The best Netflix original series to binge-watch now
From Stranger Things to The Crown, we've rounded up our favourite Netflix original series
Time Out staff
March 31, 2020 1:40 PM
Finding the best Netflix series for your next binge watch can be a daunting prospect, with an almost bottomless pit of content to choose from. The streaming giant licenses huge amounts of TV and produces its own shows, too.
To help you avoid incessantly scrolling through the never-ending carousels of content, we’ve rounded up our favourite Netflix original series.
Five seasons, 22 episodes + one choose-you-own-adventure interactive film What is it? An anthology series from the mind of Charlie Brooker about how humans interact with, and are affected by, technology. Why watch? Originating on the UK's Channel 4, Netflix quickly snapped up the rights to Charlie Brooker’s dystopian anthology series about the impact of technology on humanity. At times it can be horrifying as we see how society could be changed inexplicably by how technology has changed humanity. However, there are those moments, like with season three episode San Junipero, where love prevails. In late 2018, Black Mirror: Bandersnatch was released – a choose-your-own-adventure style interactive film that about technology and free will.
Six seasons, 77 episodes What is it?
Adult animated comedy about the complexities of fame set in an alternative world where humans and anthropomorphic animals live as one.
Why watch? It’s one of the most highly rated Netflix originals and with good reason. It manages to tell its stories about desperation, depression, self-destruction and isolation with both humour and melancholia, never straying too far in either category. It’s socio-politically aware, too, oh, and the lead character is literally a horse.
Two seasons, 20 episodes What is it? The German ‘Stranger Things’ – but slightly more complicated. Why watch? Obviously, we already have Stranger Things and that doesn’t involve having to read subtitles. But Dark stands on its own because it has just that much more depth. Focused on the lives of four families, the show explores the spooky goings on after two children disappear. It has supernatural elements, as well as the family drama, but the plot is complex, too, and it hooks you in. It’s also been favourably compared to Twin Peaks, which is no bad thing.
Dear White People
Three seasons, 30 episodes What is it? A comedy drama about modern American race relations set in a fictional Ivy League college. Why watch? If you like your TV served with a slice of social commentary then this is the show for you. Based on the 2014 film of the same name by Justin Simien, the series examines race relations in America through the lives of black students at an Ivy League education college. The show is zeitgeisty, sure, but it also feels prescient, touching on the past as well as the future.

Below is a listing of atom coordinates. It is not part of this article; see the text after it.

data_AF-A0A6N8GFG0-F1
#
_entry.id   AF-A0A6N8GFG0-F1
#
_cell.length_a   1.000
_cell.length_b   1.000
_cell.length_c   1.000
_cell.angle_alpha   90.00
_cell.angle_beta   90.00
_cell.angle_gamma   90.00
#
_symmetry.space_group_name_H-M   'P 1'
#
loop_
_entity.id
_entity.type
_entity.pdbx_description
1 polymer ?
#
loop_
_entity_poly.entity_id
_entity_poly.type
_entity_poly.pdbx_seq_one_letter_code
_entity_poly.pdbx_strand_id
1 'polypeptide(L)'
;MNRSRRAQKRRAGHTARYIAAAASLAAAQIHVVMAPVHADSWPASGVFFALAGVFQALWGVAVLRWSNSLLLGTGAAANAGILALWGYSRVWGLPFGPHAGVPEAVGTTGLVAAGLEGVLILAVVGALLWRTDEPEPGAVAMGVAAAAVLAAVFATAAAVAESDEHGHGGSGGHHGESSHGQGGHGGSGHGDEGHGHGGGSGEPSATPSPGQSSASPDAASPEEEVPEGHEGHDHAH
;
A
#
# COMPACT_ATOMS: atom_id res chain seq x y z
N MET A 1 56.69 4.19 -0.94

Three seasons, 30 episodes What is it? A dramedy about a female wrestling team. Why watch? Based on the 2012 documentary ‘GLOW: The Story of the Gorgeous Ladies of Wrestling, we’re introduced to out-of-work actor Ruth Wilder (Alison Brie) who ends up auditioning for a women’s wrestling promotion. Set just after the women’s liberation movement in 1985, the show questions just how much has really changed and whether the women taking part in GLOW are empowered or exploited.
Grace and Frankie
Six seasons, 78 episodes What is it? A kooky and surprisingly emotional show about an unlikely friendship between two septuagenarian women Why watch? You might not expect a comedy series starring Jane Fonda and Lily Tomlin as best friends forever living in a beach house to resonate with people, but Grace and Frankie is a show with so much heart and humanity that it makes for the ultimate comfort viewing. Fonda is brilliant as Grace, while Tomlin’s comedy genius strikes gold as the out-there Frankie.
House of Cards
Six seasons, 73 episodes What is it? A political thriller about the lengths individuals will go to get their grip on power. Why watch? It was really the first Netflix original series that made a splash, and the first few seasons following Frank and Claire Underwood's grasp for power was thrilling, shocking and absolutely gripping television. Unfortunately, the show's sixth and final season where Wright took centre stage was met with a muted critical response. Still, we'll always have those first few tense seasons of political intrigue to keep us up at night.
Three seasons, 39 episodes What is it? An extension of the Marvel Cinematic Universe focused on a failed superhero turned private investigator. Why watch? The show has a noir-ish quality that doesn’t feel pastiche but instead adds layers of intrigue thanks to its hard-boiled approach to the mystery at hand. Krysten Ritter shines as the titular character, giving the superhero narrative a well-needed feminist slant. The show also deftly handles difficult topics.
Making a Murderer